Blood-alcohol levels of people arrested for drinking and driving are excessively high, even though the drivers may not know they are intoxicated, Anchorage police said.
For example, 10 out of 13 arrests during a recent weekend involved blood-alcohol levels at least two times the legal limit of .08, KTVA reported. Police say one driver had more than three times the legal limit.
Police say many drunk drivers can talk, walk and appear normal.
Police spokeswoman Jennifer Castro has been tracking the numbers this year. She’s found no typical DUI offender.
“It’s all age groups,” she said. “It’s all times of the week. We’ve arrested a driver for being three times over the legal limit at noon on Saturday.”
Those who work in substance abuse treatment programs believe the arrest numbers reflect the seriousness of alcohol addiction in Alaska.
“The DUI is usually just the tip of the iceberg,” said Bill Finley, who has worked with street drunks in California and those in recovery in Anchorage. “If somebody gets to the point where they’ve got two or three times the legal limit of alcohol, they’ve got an issue.”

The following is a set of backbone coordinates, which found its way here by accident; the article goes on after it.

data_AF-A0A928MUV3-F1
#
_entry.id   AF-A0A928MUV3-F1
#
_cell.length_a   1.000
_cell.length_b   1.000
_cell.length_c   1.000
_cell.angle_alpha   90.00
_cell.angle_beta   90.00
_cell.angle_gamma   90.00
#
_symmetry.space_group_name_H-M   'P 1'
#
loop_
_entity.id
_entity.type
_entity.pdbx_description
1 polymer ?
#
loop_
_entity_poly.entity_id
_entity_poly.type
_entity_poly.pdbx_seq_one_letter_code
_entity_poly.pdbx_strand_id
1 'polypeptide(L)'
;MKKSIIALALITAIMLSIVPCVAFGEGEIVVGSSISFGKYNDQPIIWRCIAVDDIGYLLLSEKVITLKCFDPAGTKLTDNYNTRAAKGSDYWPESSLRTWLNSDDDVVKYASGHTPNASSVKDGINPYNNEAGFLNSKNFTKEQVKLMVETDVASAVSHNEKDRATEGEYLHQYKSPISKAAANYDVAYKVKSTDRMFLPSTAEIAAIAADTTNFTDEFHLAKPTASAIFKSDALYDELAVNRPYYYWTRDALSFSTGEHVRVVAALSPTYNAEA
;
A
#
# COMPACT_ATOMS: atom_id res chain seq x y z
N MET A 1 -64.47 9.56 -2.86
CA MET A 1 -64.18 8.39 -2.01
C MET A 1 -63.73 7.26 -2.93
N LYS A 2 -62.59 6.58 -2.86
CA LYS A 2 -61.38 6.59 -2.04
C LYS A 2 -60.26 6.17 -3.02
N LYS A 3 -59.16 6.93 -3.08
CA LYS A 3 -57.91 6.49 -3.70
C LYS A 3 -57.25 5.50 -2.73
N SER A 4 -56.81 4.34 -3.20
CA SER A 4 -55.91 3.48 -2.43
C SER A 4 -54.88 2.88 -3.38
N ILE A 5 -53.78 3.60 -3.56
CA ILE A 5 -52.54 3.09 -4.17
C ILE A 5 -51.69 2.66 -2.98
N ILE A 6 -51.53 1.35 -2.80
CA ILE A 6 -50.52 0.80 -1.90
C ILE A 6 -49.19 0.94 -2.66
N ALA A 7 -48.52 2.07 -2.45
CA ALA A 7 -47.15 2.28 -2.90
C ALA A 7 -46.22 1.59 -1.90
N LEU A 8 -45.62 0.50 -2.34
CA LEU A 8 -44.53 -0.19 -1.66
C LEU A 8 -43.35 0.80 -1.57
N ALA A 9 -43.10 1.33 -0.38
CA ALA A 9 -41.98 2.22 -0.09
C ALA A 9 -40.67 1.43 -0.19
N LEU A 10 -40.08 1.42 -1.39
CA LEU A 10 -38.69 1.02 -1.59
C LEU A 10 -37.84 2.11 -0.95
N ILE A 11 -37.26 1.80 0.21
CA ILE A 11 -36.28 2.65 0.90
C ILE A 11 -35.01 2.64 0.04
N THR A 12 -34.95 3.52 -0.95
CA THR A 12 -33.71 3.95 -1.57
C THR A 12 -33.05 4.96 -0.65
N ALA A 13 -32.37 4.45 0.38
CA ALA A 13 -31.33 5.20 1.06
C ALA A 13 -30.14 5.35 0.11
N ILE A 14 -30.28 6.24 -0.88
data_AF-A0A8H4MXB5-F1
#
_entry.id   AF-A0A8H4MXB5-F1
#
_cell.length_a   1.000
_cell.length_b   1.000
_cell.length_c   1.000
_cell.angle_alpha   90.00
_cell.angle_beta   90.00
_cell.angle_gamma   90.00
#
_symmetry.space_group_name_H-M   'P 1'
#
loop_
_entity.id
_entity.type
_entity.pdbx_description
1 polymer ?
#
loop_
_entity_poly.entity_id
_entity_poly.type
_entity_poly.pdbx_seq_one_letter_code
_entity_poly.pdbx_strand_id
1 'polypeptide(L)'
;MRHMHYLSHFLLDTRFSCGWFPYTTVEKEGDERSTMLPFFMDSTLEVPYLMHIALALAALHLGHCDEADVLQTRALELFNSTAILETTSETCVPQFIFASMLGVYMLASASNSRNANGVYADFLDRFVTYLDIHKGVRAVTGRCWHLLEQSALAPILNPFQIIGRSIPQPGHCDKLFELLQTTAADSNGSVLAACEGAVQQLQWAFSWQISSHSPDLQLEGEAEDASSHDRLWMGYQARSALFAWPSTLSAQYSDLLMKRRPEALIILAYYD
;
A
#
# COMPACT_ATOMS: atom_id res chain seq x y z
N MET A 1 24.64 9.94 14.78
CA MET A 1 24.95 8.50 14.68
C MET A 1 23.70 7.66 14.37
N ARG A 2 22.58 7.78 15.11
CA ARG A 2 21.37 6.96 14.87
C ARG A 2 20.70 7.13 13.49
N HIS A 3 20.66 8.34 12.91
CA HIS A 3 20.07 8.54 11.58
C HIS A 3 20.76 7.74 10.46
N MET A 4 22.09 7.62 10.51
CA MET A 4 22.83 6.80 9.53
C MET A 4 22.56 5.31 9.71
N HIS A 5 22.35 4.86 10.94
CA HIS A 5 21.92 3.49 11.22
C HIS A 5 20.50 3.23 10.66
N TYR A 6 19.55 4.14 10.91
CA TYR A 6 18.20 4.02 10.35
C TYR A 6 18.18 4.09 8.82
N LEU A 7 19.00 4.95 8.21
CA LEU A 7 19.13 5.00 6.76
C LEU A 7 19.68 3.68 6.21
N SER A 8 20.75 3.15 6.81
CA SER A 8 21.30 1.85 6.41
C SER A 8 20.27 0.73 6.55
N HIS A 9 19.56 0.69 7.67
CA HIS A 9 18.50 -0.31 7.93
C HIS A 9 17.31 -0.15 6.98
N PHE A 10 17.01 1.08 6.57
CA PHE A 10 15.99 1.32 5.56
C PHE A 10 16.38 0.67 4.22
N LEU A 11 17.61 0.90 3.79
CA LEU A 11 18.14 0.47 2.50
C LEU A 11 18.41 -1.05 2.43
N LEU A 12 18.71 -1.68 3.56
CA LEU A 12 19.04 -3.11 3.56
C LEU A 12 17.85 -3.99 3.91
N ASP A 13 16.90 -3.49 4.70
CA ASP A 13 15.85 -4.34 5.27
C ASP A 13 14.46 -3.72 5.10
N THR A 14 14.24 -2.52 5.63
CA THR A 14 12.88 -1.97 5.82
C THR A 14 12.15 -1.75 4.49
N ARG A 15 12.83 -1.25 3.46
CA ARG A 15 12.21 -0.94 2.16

Rosalie Nadeau, who heads Anchorage’s Akeela treatment program, says extremely high blood-alcohol numbers are a symptom of a bigger problem.
“It tells me that a lot of heavy drinkers never get stopped,” she said. “It also tells me that we have people, who are so acclimated to alcohol, they don’t know they’re alcoholics – like the frog in the pot of water on the stove that doesn’t know it’s in trouble until the water is boiling.”
Another problem, according to Nadeau, is Alaska’s tolerance in the workplace of functional alcoholics. She believes this attitude of widespread denial contributes to the high rates of alcoholism in the state. Treatment counselors believe a DUI arrest is the start of saying something is wrong.
This year, five deaths in Anchorage have been attributed to drinking and driving.
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